by Fish

In Oslo it felt like a new beginning. Rubicon, the support band on the tour, had elected not to travel to expensive Scandinavia and we were to have Rick Wakeman as special guest for a couple of nights. (See issue 10) After the success of Hamburg, I didn't expect the Phillipshalle to have the same attack and energy and eventual result. To our surprise yet another famous Dusseldorf show came to pass. Since Berlin, the curve had taken a furious upward trend and I knew we were onto something. Another superlative 9-0 I thought!

Adrenalin surging in the loins, what better way to come down than a game of football with the support band in the hall during the loadout. Rubicon used to be called "Fields of the Nephilm" until the singer went solo (cue "Twilight Zone" theme) and a court case ensued where he kept the name, leaving the remaining members with an identity crisis. They were all travelling with the crew and all their backline in a bus that as the days and journeys went by they became more of a Stephen King like creation than Cliff Richard's "Summer Holiday" bandwagon. With their gothic black leather, black denim, "Mad Max" haggard greasy locks, usually they were intimidating. Dressing rooms were always full of dubious characters and empty vodka bottles. We called them the "squatters".

I'd okayed them for the support slot after hearing their album and seeing a video. The first couple of shows had me concerned but as the tour went on they vastly improved and we were drawn to their set more and more. The band grew in confidence and as they felt more secure and we realised they weren't as intimidating as they looked, the visits to each other's dressing rooms increased (Usually to ours, on "beer borrowing" missions).

By Dusseldorf we were ready to undergo that traditional from of rock'n'roll male bonding - the football match. We all piled out into the empty hall, marked out the pitch, and kicked off while a host of brush wielding hall employees attempted to sweep away the mountain of debris jettisoned by the departed crowd who were by now snuggled in warm duvets. It was comical watching "squatters" lashing at the ball wildly with steel toe capped boots in mounds of empty crisp bags, polystyrene cups, crushed cans and hamburger wrappers only to collapse brutally in a flurry of packaging, sweating vodka and cursing like troopers.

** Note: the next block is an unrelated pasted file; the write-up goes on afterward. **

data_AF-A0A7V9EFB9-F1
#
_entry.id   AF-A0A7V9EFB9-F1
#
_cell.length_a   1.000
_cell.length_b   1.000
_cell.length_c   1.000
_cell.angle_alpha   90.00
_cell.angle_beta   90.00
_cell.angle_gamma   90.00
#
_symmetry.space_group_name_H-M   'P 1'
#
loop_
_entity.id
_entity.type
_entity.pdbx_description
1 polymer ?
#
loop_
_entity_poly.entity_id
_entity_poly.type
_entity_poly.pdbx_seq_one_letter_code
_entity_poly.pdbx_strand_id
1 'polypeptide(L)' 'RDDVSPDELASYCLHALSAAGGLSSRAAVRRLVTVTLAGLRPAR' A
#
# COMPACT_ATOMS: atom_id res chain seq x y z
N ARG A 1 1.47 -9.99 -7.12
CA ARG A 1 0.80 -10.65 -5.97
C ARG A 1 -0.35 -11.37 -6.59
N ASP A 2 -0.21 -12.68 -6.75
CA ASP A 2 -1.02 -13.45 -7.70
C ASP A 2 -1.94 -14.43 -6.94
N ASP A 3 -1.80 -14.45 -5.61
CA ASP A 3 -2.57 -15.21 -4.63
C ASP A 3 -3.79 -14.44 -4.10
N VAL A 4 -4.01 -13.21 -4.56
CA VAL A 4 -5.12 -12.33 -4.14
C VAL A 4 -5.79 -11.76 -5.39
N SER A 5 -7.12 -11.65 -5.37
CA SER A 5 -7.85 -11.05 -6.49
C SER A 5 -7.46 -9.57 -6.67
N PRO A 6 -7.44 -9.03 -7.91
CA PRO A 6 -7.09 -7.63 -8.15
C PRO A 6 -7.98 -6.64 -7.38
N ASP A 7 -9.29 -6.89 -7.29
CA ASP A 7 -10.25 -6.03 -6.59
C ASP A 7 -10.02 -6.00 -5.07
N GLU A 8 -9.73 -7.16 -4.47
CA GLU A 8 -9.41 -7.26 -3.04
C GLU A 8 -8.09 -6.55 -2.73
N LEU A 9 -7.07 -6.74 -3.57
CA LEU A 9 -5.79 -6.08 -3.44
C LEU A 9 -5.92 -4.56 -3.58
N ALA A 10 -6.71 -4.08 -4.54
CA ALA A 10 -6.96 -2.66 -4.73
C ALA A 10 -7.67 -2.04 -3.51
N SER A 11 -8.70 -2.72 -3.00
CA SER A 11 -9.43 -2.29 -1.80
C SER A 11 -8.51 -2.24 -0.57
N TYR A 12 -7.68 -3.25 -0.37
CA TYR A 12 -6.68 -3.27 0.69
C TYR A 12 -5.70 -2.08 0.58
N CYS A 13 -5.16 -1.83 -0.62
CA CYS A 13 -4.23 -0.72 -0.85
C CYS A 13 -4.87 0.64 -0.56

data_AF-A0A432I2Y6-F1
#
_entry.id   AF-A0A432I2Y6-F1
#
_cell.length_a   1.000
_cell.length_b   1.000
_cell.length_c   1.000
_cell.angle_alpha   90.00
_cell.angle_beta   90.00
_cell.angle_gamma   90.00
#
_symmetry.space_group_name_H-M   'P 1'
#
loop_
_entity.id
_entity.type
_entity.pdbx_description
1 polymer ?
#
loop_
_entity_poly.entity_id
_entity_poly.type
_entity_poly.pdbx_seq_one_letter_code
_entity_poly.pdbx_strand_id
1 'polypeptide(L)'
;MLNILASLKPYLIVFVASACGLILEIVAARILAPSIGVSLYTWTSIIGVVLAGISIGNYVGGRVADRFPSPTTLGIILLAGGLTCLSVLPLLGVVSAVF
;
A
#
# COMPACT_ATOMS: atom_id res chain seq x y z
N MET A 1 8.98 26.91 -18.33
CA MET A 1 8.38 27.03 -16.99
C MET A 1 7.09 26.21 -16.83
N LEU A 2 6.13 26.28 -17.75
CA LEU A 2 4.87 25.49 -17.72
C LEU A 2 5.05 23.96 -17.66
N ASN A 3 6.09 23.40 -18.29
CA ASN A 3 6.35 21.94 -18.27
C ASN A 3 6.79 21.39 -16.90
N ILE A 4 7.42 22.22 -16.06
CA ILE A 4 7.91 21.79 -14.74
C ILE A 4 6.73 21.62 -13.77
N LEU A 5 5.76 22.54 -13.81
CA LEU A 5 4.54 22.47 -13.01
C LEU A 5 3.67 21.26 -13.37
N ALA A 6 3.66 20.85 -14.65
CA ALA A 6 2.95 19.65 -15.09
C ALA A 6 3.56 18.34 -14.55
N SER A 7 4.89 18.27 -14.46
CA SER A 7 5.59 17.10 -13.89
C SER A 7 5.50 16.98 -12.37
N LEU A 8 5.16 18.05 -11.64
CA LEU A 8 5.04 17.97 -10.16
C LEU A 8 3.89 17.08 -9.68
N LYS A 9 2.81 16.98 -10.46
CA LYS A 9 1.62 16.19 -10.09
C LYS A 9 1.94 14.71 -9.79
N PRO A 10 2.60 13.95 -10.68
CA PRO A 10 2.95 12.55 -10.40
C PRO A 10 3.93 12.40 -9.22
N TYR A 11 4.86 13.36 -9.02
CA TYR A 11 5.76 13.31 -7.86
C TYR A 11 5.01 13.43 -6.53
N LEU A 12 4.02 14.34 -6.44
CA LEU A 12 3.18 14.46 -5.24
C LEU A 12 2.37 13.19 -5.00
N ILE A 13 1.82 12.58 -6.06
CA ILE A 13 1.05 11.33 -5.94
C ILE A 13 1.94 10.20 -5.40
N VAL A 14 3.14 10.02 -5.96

They'd been offstage for over 3 hours. We'd been off 45 minutes. The difference in time available for alcohol consumption was the factor that decided the outcome of the match.

We won 23-4 and I scored 7 including one out the Cruyff handbook, a mid-air trap from a 35 yard cross that was pulled down and put through the legs of the advancing keeper and Rubicon lead singer, Andy Delaney, who cracked his wrist bone as he hit the floor. Sweet! The 'bonding' we were undertaking resulted in Kevin twisting his back, their bass player breaking his nose, Robin tearing leg ligaments and one of the caterers badly bruising his feet (he played barefot mad thing!). We were banned by Tim Hook from any replays!

The game broke the ice (as well as the bones) and as the tour moved on we became great buddies, resulting in further carnage and side-splitting stories for future tour buses.